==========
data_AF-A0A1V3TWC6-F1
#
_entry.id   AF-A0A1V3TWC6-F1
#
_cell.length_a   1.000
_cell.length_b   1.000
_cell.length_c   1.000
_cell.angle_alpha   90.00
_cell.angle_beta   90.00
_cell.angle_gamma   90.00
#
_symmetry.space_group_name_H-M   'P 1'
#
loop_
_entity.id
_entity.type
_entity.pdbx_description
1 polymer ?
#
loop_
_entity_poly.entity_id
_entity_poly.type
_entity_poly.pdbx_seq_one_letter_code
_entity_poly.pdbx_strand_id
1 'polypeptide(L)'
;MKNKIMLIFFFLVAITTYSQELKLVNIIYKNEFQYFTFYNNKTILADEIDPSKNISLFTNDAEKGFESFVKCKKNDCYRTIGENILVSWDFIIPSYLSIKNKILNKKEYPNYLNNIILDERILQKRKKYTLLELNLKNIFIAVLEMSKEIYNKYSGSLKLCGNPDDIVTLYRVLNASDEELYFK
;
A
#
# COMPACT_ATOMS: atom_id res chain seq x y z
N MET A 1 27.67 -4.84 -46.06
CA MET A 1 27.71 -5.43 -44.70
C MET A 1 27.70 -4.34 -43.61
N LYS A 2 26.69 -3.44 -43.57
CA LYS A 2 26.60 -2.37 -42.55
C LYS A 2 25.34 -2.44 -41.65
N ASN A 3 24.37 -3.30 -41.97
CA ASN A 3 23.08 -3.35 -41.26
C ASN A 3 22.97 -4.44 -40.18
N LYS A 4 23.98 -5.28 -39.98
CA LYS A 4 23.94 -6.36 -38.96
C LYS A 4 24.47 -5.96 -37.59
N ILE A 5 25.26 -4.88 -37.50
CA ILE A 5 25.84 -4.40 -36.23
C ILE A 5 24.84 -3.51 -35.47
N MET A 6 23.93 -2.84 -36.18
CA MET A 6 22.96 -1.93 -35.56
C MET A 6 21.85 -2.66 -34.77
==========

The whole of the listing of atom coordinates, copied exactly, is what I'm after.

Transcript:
data_AF-A0A1V3TWC6-F1
#
_entry.id   AF-A0A1V3TWC6-F1
#
_cell.length_a   1.000
_cell.length_b   1.000
_cell.length_c   1.000
_cell.angle_alpha   90.00
_cell.angle_beta   90.00
_cell.angle_gamma   90.00
#
_symmetry.space_group_name_H-M   'P 1'
#
loop_
_entity.id
_entity.type
_entity.pdbx_description
1 polymer ?
#
loop_
_entity_poly.entity_id
_entity_poly.type
_entity_poly.pdbx_seq_one_letter_code
_entity_poly.pdbx_strand_id
1 'polypeptide(L)'
;MKNKIMLIFFFLVAITTYSQELKLVNIIYKNEFQYFTFYNNKTILADEIDPSKNISLFTNDAEKGFESFVKCKKNDCYRTIGENILVSWDFIIPSYLSIKNKILNKKEYPNYLNNIILDERILQKRKKYTLLELNLKNIFIAVLEMSKEIYNKYSGSLKLCGNPDDIVTLYRVLNASDEELYFK
;
A
#
# COMPACT_ATOMS: atom_id res chain seq x y z
N MET A 1 27.67 -4.84 -46.06
CA MET A 1 27.71 -5.43 -44.70
C MET A 1 27.70 -4.34 -43.61
N LYS A 2 26.69 -3.44 -43.57
CA LYS A 2 26.60 -2.37 -42.55
C LYS A 2 25.34 -2.44 -41.65
N ASN A 3 24.37 -3.30 -41.97
CA ASN A 3 23.08 -3.35 -41.26
C ASN A 3 22.97 -4.44 -40.18
N LYS A 4 23.98 -5.28 -39.98
CA LYS A 4 23.94 -6.36 -38.96
C LYS A 4 24.47 -5.96 -37.59
N ILE A 5 25.26 -4.88 -37.50
CA ILE A 5 25.84 -4.40 -36.23
C ILE A 5 24.84 -3.51 -35.47
N MET A 6 23.93 -2.84 -36.18
CA MET A 6 22.96 -1.93 -35.56
C MET A 6 21.85 -2.66 -34.77